A flea is a small (no bigger than the head of a pin) brown bug with a hard shell. Learn more about fleas and how they affect you in this fun article just for kids.
A gnat is a very tiny insect, no bigger than the head of a pin. Learn more about gnats.
Lice need to suck blood to survive, and they sometimes live on people's heads and lay eggs in their hair. Get the lowdown on lice in this article.
There are thousands of different kinds of mosquitoes in many different sizes and colors. Learn all about mosquitoes and how they bite you in this article.
Scorpions are about three inches long (about the length of a crayon), with eight legs and a small pair of claws that look like crabs' claws. Read all about them.
A tarantula is a black, hairy spider that is about two to three inches long. Learn all about spiders and tarantulas in this fun article for kids.
A tick attaches itself to the skin of a person or animal and sucks blood. If you have a dog, it may have picked up a tick before! Learn more about ticks in this article for kids.
Having the "stomach flu" usually means spending a lot of time in the bathroom. Find out more in this article for kids.
What are fevers? Why do kids get them? Get the facts on temperatures and fevers in this article for kids.
Just what are adenoids? And why do kids sometimes have to get their adenoids removed? Get the answers here.
What's an appendix and why do they sometimes need to be removed? Find out in this article for kids.
Botulism is a rare kind of food poisoning. Find out more in this article for kids.
Chickenpox is a virus that causes red, itchy bumps. Find out more in this article for kids.
More than 200 viruses can cause colds. Because there are so many, there isn't a vaccination to prevent you from getting colds. Fortunately, your body already has the best cold cure — your immune system.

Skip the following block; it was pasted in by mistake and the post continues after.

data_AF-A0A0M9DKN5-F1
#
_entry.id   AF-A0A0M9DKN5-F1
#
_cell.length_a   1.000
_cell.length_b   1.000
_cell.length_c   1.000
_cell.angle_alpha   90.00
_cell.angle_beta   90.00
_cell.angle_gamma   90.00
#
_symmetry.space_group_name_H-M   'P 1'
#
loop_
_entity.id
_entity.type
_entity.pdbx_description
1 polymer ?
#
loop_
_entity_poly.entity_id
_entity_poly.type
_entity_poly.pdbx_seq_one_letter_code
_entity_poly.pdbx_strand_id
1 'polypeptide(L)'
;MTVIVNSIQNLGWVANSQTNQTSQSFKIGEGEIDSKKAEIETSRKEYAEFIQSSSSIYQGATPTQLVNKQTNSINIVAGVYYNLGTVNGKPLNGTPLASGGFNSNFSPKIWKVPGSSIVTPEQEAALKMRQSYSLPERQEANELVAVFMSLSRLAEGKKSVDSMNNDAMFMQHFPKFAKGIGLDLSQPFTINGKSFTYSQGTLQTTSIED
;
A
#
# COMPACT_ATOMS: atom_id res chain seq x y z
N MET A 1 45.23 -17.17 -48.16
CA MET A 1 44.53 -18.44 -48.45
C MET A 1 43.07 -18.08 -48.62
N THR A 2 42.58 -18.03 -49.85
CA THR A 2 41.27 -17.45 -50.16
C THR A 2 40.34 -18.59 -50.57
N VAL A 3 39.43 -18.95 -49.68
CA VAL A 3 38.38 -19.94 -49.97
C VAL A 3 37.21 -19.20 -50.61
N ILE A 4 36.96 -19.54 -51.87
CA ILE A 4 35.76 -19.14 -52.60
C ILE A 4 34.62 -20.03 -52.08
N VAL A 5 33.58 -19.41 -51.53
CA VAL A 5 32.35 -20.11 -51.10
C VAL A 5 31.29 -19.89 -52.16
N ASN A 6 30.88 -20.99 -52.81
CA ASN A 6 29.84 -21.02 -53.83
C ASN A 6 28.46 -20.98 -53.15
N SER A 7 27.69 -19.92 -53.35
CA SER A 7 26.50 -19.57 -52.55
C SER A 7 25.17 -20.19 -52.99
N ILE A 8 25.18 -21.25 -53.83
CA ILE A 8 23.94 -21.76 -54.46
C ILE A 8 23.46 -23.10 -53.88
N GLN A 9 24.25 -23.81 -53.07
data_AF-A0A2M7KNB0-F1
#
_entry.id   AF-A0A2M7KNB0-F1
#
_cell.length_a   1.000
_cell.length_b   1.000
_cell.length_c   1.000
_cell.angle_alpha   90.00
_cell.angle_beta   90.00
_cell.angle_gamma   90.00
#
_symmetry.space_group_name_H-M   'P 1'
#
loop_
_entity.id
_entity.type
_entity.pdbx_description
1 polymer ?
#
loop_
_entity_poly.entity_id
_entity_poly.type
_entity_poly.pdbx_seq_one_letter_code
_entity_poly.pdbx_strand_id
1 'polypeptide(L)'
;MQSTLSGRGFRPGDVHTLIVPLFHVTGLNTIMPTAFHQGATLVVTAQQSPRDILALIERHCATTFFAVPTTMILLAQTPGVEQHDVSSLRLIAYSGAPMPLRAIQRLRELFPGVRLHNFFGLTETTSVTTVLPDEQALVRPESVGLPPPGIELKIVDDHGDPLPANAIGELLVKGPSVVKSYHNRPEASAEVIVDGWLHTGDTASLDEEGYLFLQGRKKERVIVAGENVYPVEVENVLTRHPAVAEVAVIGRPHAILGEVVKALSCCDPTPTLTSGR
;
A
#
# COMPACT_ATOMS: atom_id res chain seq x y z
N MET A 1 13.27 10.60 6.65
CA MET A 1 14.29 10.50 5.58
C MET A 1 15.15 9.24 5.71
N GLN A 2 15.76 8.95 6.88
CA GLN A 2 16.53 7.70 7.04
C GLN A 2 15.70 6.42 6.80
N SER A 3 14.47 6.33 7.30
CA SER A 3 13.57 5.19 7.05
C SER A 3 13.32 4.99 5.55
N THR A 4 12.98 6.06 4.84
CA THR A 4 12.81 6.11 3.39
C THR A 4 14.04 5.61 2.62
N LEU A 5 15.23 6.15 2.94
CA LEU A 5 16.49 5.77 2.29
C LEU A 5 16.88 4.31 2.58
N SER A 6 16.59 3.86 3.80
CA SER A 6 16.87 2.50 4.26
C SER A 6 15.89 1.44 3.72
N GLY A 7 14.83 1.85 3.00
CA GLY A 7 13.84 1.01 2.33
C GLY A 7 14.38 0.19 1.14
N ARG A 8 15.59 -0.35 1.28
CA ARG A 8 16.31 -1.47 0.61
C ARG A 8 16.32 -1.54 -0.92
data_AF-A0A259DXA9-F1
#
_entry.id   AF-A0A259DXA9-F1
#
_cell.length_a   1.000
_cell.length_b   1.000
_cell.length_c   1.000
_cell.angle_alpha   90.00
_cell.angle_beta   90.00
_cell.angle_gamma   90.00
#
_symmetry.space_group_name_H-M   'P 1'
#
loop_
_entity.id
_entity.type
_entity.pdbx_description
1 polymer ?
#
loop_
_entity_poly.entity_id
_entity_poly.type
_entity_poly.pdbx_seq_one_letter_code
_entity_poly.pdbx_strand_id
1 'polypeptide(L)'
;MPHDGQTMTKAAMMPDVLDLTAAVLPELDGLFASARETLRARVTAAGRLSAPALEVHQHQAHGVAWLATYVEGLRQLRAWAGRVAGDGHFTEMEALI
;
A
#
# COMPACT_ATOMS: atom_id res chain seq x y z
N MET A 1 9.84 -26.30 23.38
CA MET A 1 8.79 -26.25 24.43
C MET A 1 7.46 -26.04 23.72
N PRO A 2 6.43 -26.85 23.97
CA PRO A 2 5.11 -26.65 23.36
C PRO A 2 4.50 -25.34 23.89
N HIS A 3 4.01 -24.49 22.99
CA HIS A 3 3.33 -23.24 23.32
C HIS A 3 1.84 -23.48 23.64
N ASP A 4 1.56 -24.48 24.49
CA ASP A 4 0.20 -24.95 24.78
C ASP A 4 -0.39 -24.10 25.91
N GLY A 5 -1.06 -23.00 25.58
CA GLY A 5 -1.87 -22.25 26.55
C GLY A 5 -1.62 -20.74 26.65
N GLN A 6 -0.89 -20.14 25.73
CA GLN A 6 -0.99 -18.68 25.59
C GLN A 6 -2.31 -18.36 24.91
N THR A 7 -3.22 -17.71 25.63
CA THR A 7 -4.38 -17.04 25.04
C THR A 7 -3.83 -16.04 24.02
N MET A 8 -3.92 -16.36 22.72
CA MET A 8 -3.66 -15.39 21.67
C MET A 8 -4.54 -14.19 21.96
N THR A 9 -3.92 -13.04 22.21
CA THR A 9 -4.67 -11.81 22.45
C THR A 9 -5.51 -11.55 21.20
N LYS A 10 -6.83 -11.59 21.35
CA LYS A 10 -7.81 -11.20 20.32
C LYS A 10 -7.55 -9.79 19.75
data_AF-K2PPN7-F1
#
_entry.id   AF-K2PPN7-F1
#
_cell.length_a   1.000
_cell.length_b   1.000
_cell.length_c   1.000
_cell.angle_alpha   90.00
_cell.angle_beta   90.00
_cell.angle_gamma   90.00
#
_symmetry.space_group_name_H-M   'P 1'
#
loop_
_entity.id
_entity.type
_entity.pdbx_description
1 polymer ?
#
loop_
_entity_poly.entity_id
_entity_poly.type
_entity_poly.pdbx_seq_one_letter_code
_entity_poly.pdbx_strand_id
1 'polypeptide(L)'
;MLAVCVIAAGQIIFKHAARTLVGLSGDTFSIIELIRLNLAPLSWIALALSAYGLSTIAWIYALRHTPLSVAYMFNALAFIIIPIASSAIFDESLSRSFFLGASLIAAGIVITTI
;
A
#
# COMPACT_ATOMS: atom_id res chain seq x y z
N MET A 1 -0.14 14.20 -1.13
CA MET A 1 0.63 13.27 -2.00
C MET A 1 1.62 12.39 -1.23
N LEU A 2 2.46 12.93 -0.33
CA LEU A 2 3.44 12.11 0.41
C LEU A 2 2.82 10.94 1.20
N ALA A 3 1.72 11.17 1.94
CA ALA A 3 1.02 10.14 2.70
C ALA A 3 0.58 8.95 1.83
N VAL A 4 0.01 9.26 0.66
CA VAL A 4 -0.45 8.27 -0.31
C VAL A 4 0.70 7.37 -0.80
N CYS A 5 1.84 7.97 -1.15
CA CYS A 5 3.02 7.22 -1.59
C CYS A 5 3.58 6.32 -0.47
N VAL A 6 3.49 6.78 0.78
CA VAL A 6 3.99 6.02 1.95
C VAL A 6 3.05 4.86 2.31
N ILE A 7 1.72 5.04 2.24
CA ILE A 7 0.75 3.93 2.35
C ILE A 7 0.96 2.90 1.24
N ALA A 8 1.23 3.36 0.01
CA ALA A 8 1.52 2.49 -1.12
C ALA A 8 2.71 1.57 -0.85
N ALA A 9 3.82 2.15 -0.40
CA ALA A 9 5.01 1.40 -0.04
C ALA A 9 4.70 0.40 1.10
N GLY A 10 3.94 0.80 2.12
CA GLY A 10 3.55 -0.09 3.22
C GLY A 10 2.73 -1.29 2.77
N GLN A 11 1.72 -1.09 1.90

If you aren't pooping like usual, you could be constipated.
Struggling with strawberries? Petrified of peanuts? Sorry you ate shellfish? Maybe you have a food allergy. Find out more in this article for kids.
Did you ever eat something that made you feel ooky? It might have been food poisoning.
Sometimes tonsils need to be removed, but how is it done? Find out in this article for kids.
Lots of kids have headaches from time to time. Find out more about headaches in this article for kids.
Did you ever hear someone say, "I lost my voice"? Did you think: "What did you do with it?" The person might have laryngitis.
Lice are tiny insects that live in a person's hair. Find out more in this article for kids.
The best way to prevent Lyme disease is to prevent tick bites. Find out more about this disease and how to keep those ticks away.
Pinkeye is the most common eye problem kids can have. It causes redness, itching, inflammation, and pus to collect in the eyes.
It's gross to think about but did you know that tiny worm eggs could be under your fingernails? Learn more about how to protect yourself from getting pinworms.
Pneumonia is an infection in a person's lungs. Find out more in this article for kids.
Strep throat gives you a sore throat and makes it hard to swallow. Find out more in this article for kids.
If your tonsils get infected, it can make your throat feel very sore. Find out more in this article for kids.
You probably don't think much about urinating, or peeing. But what if it starts to sting? Find out more in this article for kids.
A middle ear infection happens when germs like bacteria and viruses get in your middle ear and cause trouble. Read this article to find out more.
Kissing is just one of the ways that someone can spread mononucleosis. Most people who get mono are between the ages of 15 and 25, but younger kids can get it, too.
Have you ever had motion sickness? Find out how to handle it in this article for kids.
Did you ever toss your cookies? That means throw up, or puke. It's gross, but just about everyone has done it. Find out more in this article for kids.
Sinuses are hollow spaces in your head that can fill with mucus when you're all stuffed up. Find out more in this article for kids.